Even the HSE CIO says PPSN would work as a health ID so why a separate number?

So yesterday, and this was news to me, we got another unique one per person number. Apart form the PPSN, used for pretty much every state and many non state ID purposes, and the new pupil number for the POD database, we are now to have a unique IHI health ID number. This project is uncosted, and hasnt really been told not to mind sold to people.

I asked the Chief Information Officer of the HSE if the PPSN would work. Yes. Ok, there are a host of data protection issues, but the reality is what the new IHI will be is a key to identify patient details on a database. That database, and the access to same, and the security of the key etc, they will all have to be dealt with. So, when the CIO says the existing state system would work, why on earth are we putting in a new one?

Screenshot 2015-08-06 07.41.48


3 thoughts on “Even the HSE CIO says PPSN would work as a health ID so why a separate number?

  1. Greg Foley

    Given that a common sight in hospitals is a member of admin staff wheeling around a shopping trolley full of patient charts, it’ll be interesting to see what sort of information will be on this new ‘database’!

    Bringing Irish medicine into the 21st century needs a much more bottom-driven approach. This is occurring in some parts of the system but it’s all very patchy, the primary problem being that doctors still spend large amounts of time scribbling into charts.. It’ll be a massive challenge to digitise the system and it’s going to take years. This new number won’t help, at least not now – maybe later.

  2. John

    Sorry, IHI is a good idea.

    And the CIO is is technically wrong in his answer. There are two issues going on here, Security and the Domain Model use.

    The first issue in security is data protection is where all the regulatory issues come into it. For example who is allowed record unique id’s, how long are they allowed retain it and what can they do with it while they have it. That gets programmed in.

    And the second is Securing the data means what do you do to make sure nobody gets into your database and steal your information. This involves securing the information at a technical level but also building defense into the system.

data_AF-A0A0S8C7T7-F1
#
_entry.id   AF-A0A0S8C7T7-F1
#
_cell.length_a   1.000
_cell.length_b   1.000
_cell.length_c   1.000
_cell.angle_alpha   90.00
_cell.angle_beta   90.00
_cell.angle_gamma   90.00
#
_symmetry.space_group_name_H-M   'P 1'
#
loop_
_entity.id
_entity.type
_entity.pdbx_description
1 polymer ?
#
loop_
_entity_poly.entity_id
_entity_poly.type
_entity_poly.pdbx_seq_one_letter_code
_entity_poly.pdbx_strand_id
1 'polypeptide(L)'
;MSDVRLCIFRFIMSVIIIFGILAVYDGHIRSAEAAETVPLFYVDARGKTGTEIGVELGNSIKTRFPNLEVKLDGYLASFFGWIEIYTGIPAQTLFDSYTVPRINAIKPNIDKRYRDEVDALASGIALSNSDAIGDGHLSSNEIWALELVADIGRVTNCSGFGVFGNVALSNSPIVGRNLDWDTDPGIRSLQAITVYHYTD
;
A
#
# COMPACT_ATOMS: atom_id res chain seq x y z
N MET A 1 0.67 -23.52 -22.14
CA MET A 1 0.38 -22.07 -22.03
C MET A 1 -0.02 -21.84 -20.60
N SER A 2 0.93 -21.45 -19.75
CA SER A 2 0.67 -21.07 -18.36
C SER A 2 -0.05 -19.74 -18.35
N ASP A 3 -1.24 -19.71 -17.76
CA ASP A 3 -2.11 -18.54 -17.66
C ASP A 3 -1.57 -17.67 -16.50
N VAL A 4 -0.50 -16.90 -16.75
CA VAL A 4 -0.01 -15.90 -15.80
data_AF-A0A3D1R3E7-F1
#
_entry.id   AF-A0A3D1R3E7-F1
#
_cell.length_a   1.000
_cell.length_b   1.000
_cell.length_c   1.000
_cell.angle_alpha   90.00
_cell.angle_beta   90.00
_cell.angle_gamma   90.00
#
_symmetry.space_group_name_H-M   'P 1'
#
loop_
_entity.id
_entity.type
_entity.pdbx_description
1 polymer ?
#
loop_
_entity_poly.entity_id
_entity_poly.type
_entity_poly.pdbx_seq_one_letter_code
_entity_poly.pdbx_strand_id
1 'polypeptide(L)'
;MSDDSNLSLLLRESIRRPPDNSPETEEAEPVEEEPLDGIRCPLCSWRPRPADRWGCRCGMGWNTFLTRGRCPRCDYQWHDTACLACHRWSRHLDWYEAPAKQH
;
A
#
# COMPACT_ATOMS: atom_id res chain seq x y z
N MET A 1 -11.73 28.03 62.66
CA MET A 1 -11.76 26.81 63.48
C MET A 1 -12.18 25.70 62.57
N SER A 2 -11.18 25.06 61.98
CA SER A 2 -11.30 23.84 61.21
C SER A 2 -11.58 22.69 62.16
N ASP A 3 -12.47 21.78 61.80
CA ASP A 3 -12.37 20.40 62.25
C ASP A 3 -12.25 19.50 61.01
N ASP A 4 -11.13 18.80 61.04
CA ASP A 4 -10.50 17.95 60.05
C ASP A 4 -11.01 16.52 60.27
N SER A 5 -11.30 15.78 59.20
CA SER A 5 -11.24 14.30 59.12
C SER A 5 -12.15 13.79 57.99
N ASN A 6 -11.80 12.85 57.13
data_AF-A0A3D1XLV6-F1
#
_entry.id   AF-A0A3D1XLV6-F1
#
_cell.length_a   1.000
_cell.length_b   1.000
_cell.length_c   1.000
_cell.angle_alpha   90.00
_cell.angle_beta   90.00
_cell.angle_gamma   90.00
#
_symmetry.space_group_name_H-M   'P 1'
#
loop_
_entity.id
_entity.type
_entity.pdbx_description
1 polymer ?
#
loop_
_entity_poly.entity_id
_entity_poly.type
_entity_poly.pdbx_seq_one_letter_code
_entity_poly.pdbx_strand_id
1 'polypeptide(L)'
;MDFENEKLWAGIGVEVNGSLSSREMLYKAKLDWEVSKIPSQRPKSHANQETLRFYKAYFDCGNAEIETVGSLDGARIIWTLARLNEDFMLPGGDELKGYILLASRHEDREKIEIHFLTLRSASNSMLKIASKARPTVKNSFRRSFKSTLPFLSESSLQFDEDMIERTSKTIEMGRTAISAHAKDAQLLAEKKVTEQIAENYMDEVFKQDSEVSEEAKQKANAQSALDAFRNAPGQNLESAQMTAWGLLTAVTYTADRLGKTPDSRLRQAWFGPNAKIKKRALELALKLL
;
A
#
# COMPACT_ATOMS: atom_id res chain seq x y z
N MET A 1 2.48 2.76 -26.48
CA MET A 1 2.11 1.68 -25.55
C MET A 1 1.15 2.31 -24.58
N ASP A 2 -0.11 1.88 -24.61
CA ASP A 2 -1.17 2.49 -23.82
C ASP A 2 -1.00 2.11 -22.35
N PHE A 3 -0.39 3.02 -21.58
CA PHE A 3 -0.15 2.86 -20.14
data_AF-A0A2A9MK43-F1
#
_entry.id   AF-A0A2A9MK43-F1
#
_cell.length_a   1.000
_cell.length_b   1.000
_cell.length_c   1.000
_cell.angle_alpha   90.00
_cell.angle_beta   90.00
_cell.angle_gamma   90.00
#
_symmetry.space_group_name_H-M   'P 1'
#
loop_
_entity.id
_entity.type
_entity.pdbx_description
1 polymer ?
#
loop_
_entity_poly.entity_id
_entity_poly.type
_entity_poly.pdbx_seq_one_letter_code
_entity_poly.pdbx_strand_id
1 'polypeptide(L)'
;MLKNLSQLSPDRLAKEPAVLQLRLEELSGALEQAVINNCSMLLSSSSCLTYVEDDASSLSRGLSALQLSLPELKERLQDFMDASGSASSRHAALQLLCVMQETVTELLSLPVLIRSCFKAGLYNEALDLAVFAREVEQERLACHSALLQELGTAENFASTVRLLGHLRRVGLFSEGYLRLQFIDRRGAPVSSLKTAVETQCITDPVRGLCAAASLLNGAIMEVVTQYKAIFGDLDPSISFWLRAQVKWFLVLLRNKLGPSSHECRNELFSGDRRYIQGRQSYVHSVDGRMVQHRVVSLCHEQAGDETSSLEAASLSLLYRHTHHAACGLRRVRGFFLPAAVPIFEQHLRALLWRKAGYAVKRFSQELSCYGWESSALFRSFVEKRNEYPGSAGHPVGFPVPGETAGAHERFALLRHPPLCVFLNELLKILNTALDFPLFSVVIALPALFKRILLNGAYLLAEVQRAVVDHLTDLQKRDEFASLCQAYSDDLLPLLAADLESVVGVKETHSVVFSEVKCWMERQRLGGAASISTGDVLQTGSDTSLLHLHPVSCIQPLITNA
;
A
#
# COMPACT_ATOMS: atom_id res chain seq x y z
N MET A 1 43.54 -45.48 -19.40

Having a unique number for the medical field separate from Tax affairs means that their is no accidental links that can be exposed to attack. If you look at other jurisdictions, like the USA a loyalty card for a shop is allowed ask you for your social security number and then they have that, your name and your address. Just having that set of information has exposed tax payers to wide spread theft of the refunds on their tax credits. IHI builds in a natural break to that.

    Do we have that problem? Not on a large or automated scale like in the US because we have adopted reasonable policies in the matter. Why have we better polices? because we are late to the game and saw everybody elses mistakes.

    As for the Domain Model use, PPSN and IHI do two different job.

    One point if difference is that the PPSN is for interaction with the government. It is controlled by the government and has a legislative framework geared to that. The IHI is to manage the interaction between state and private Hospitals to develop a clear data trail. The implication of this is IHI supports decentralised number generation, PPSN does not.

    The IHI is also there to create an audit trail. The PPSN systems prevent audit trails except in specially defended systems.

    These two examples imply that if the PPSN was used for the IHI then you would have the same number used in two different and contradictory ways. If you remember PPARS, at the core of that was an inability to grapple with different Domain Models and standarise them. IHI involves that contradiction and would reflect hard one lessons in design pharmaceutical and health IT applications.

    IHI is a good idea technically and will lead to reduced costs in the long run.


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